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Commentary on The Capital Markets- Category [Corruption]

This article is mis-titled.

TALLAHASSEE — The case against Tadrae McKenzie looked like an easy win for prosecutors. He and two buddies robbed a small-time pot dealer of $130 worth of weed using BB guns. Under Florida law, that was robbery with a deadly weapon, with a sentence of at least four years in prison.

But before trial, his defense team detected investigators’ use of a secret surveillance tool, one that raises significant privacy concerns. In an unprecedented move, a state judge ordered the police to show the device — a cell-tower simulator sometimes called a StingRay — to the attorneys.

Rather than show the equipment, the state offered McKenzie a plea bargain.

The article goes on to talk about a "confidentiality agreement" between the FBI and local authorities with relationship to this gear and how it works.  However, that article misses the point.

In the United States, along with most other nations, you must be licensed to emit RF (radio) energy in most cases.  There are specific exemptions for certain bands within certain requirements, which is why you can buy a WiFi "hotspot" over the counter and use it without a license, along with your computer that talks to it.

Your cellphone has to be tested and approved to comply with the limits of radio emissions, including personal safety limits.  Modifying that device, as it operates on a licensed band, is explicitly illegal.  Likewise, the cell tower transmitter must be and is licensed to the carrier, who has specific authorization to use the frequency bands they are using -- and in fact they paid for access to those bands.

A government agency is not immune from these requirements and as such operation of such a "StingRay" device by a federal, state or local law enforcement agency without said license or the explicit permission and involvement of the license-holder, including verification of its operation within legal limits regarding power level, splatter and interference with others is explicitly illegal.

We must not permit this sort of lawless behavior by so-called "law enforcement"; it makes a mockery of their oath to uphold the law and in fact renders them criminals on their own!  As such their remit to allegedly "enforce the law" evaporates the minute such an intentional act takes place.

When will you wake up, America, and demand that this crap stop?

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Oh boy....

One of the worst days of Douglas Dendinger’s life began with him handing an envelope to a police officer.

In order to help out his family and earn a quick $50, Dendinger agreed to act as a process server, giving a brutality lawsuit filed by his nephew to Chad Cassard as the former Bogalusa police officer exited the Washington Parish Courthouse.

The handoff went smoothly, but Dendinger said the reaction from Cassard, and a group of officers and attorneys clustered around him, turned his life upside down.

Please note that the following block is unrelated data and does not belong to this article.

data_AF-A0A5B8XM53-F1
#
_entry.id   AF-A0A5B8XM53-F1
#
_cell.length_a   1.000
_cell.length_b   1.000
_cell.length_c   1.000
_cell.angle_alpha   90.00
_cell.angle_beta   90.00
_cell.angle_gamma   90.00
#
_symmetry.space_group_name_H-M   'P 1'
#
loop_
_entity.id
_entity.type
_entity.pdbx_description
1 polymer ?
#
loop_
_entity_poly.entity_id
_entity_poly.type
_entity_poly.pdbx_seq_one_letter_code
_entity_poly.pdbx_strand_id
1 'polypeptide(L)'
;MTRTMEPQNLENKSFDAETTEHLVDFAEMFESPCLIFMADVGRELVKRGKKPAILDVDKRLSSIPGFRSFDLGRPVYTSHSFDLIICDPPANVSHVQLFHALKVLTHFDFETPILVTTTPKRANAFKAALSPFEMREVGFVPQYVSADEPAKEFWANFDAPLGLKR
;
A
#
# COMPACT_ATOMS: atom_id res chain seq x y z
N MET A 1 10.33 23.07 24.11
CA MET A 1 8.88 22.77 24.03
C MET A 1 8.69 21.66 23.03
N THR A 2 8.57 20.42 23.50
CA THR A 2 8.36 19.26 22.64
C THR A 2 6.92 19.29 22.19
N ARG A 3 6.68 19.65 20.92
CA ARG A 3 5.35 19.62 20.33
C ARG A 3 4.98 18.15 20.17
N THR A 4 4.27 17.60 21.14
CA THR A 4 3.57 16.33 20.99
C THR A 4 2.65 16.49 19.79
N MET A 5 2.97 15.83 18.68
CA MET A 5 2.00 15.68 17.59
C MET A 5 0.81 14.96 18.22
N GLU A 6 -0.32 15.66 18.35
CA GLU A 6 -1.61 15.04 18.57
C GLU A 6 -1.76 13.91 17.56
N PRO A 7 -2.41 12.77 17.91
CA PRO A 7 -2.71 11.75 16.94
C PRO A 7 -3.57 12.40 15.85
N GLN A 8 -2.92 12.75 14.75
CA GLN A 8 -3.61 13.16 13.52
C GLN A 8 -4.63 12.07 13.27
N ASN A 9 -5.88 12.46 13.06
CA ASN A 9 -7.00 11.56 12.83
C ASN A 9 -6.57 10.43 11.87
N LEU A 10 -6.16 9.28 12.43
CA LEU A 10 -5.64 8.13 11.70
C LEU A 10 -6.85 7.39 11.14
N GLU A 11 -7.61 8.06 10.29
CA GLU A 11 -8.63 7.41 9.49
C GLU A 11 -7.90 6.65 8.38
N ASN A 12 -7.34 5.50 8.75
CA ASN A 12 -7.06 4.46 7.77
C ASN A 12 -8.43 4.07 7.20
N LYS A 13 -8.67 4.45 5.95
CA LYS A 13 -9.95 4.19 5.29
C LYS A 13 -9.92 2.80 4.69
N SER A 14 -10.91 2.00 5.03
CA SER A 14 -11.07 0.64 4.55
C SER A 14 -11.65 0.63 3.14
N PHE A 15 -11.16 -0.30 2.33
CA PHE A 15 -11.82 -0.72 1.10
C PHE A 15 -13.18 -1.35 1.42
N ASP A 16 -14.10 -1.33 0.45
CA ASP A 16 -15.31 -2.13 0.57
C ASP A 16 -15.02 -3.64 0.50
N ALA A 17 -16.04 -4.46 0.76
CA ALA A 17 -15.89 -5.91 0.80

What happened next was an entirely-fabricated claim that he had assaulted the officer in question including several intentional acts of perjury by other persons there, many of them probably law enforcement officers as well.

The victim, fortunately, asked his wife and nephew to video the original act.  This video, it turns out, winds up being the only reason this guy is not facing decades in prison.

So here's the question raised in the Post, and by myself as well: Why aren't all the law enforcement officers who filed false reports still on the job and not facing felony charges?  Why aren't the witnesses facing felony charges?  Why aren't the attorneys who filed false reports, specifically the prosecuting attorneys, facing charges and disbarment?

These people all conspired together to try to railroad this man.  While I suspect he will win in his civil rights lawsuit the taxpayers will get that bill.

No folks, this is not good enough.  You or I would be staring down a racketeering prosecution if we tried this and facing decades in prison.

This crap must stop and everyone involved must do hard prison time.  If they don't then there is no reason for anyone to respect the so-called law because it is not in fact anything more than armed thuggery.

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These allegationsif true, underline a point I've made for a long time here in these pages: Corporations cannot be effectively "fined" since they can pass through the fine to others.  Only people (and partnerships, where direct liability exists) can be fined.

But Lee said he was mystified when Intuit repeatedly refused to adopt some basic policies that would make it more costly and complicated for fraudsters to abuse the company’s service for tax refund fraud, such as blocking the re-use of the same Social Security number across a certain number of TurboTax accounts, or preventing the same account from filing more than a small number of tax returns.

“If I sign up for an account and file tax refund requests on 100 people who are not me, it’s obviously fraud,” Lee said in an interview with KrebsOnSecurity. “We found literally millions of accounts that were 100 percent used only for fraud. But management explicitly forbade us from either flagging the accounts as fraudulent, or turning off those accounts.”

Here's the basic problem:

If you intend to rob a bank, hail a taxi and when you get into the cab tell the driver "here's a $20; take me to the bank so I can rob it", the cab driver goes to prison as an accessory before (and/or after) the fact to the crime you commit.  The same applies if the driver discerns, through his own internal security processes (e.g. he has a metal detector or camera and detects that you have a gun, and sees your hand-written hold-up note) that you're going to said bank to rob it and he knowingly facilitates your crime.